Throughout the week, we have heard stories from various Buckeyes talking about how the team is treated on each trip to Happy Valley. I think senior offensive lineman Jim Cordle summed it up best.
It's a serious quote. Forgive the triple-stacked quote.
"It starts out when you get out of the hotel and get on the bus and you're going through campus," Cordle said. "Big Ten campuses are hostile toward the opposing team. There's a stretch by the stadium where you're coming down and you see the stadium there and everybody is walking to the game and tailgating and the street is lined with students.
"They're rocking the bus, so the bus is rocking and then you have beer cans thrown at you from every which way. That was really cool. It was the first time anything like that ever happened to me. A lot of guys have never been there so that will be exciting for them.
"Then you go into the locker room and coming out, walking underneath the stadium where the fans are, cussing and spitting at you. Then running out on the field and getting booed. Then the Zombie Nation and the whiteout. It's just from the time you leave the hotel, it's a wild atmosphere."
It begs the question of what is worse, the cursing or the spitting.
"It depends if you get hit by the spitting," Cordle said with a laugh.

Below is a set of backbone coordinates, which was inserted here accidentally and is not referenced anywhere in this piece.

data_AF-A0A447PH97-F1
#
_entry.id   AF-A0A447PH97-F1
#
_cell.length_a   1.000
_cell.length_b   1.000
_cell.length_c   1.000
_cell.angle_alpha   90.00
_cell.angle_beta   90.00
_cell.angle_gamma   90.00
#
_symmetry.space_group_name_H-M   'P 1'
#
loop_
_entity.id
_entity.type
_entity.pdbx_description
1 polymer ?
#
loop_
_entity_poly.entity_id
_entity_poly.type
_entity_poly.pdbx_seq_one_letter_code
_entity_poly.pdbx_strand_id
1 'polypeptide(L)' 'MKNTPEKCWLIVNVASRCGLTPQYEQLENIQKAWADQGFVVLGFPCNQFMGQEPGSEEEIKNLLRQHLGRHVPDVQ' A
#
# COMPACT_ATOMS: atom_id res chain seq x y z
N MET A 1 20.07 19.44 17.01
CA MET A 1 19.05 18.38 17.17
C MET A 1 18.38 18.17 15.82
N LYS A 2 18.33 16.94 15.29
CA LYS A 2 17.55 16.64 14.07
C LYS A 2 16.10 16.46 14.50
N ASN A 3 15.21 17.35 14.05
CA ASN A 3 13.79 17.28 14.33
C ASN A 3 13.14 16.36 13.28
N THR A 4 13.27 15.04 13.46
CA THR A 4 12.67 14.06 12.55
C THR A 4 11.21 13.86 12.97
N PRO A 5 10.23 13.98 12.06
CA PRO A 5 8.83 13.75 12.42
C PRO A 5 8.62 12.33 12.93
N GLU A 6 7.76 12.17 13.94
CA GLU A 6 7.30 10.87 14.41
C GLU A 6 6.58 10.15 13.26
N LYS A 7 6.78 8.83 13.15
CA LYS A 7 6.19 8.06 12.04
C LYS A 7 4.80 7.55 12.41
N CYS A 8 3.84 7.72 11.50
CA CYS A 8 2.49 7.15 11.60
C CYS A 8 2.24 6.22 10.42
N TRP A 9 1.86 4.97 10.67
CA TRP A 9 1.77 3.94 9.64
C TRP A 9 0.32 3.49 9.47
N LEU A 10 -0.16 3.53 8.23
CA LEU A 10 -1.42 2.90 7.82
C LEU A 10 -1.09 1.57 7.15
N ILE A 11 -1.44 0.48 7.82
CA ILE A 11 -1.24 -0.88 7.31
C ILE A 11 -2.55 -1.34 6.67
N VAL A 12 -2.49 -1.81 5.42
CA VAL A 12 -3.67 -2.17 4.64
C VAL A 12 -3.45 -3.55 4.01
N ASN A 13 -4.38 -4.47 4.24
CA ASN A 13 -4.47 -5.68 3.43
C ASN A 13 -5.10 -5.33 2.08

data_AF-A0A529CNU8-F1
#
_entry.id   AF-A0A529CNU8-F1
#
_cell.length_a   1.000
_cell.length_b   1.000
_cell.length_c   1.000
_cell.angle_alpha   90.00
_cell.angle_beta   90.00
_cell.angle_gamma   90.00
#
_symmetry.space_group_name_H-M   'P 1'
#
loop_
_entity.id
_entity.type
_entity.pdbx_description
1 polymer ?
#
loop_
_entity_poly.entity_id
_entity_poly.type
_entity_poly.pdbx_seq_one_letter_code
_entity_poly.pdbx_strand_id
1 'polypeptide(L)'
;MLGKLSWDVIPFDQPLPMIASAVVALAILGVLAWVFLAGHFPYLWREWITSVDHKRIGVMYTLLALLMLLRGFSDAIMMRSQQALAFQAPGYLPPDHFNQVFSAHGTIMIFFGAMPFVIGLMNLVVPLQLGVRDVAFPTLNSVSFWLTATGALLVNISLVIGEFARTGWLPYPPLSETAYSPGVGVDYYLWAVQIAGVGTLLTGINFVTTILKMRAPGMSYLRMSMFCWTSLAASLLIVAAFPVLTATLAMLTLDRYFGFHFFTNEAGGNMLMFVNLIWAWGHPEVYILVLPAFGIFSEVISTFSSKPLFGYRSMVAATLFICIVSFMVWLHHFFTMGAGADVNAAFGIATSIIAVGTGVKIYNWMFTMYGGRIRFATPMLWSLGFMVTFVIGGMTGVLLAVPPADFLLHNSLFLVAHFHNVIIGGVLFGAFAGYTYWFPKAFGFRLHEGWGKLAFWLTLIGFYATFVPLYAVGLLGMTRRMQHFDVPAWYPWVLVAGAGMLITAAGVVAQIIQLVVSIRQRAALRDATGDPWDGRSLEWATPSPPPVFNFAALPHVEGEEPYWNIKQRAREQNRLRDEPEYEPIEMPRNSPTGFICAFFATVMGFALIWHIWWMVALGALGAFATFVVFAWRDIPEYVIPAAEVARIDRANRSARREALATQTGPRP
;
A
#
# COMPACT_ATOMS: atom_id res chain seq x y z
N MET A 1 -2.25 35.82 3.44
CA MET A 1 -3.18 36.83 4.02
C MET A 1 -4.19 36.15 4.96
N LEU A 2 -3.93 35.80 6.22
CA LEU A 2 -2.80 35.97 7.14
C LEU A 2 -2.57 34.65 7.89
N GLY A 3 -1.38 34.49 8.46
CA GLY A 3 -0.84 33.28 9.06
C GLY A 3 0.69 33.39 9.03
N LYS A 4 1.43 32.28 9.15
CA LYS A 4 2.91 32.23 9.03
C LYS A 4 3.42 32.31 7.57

On the flip side, senior linebacker Austin Spitler admitted that OSU fans are not necessarily angels, either.
"I don't know what our fans are like," he said. "I'm sure our fans are pretty relentless as well on our opponents. Let them have fun with it. I'm sure the cops will be on patrol making sure it doesn't get out of hand."
Asked if he has ever heard words of encouragement while playing on the road, junior wide receiver Dane Sanzenbacher deadpanned, "I've never gone into an away stadium where people are petting us on the back."
What New Uniforms?
At his final press conference of the week, OSU head coach Jim Tressel was not in the mood to discuss the new uniforms his team will wear against Michigan in the final regular-season game of the year.
The option to wear an alternate uniform was first given to the Buckeyes months ago, Tressel said.
"Nike came to us and said they're doing this around the country with Nike partners," he said. "I'm one of those old-fashioned guys who said, ‘I don't know about that. We'll leave this up to the players and the young coaches.' That was done some time ago."
Tressel added that he has never seen the university contract with Nike.
The question was then asked if OSU will wear white helmets, as has been rumored. The coach then tried to steer the topic of conversation back to his team's upcoming game.
"Penn State will be wearing white helmets," he said. "That's the game I'm concerned with."
Asked to describe the uniforms, Tressel said, "They'll be dark blue with no names on the back, white pants, white helmets with a stripe," referencing the Nittany Lion jerseys.
Less than two minutes later, Tressel cut the press conference short by about five minutes.
One of the most-asked questions of the season on our premium message board has been where sophomore linebacker Etienne Sabino has been.
Fickell said Sabino is currently the primary backup at all three linebacker positions and is, in essence, the fourth linebacker on the roster.
"That's the tough thing but that's what you're getting at this time of the year," he said. "There's a lot of things that are happening and you've got to get guys ready and roll. That maturity level you can get to by this time of the season, that's what you're counting on."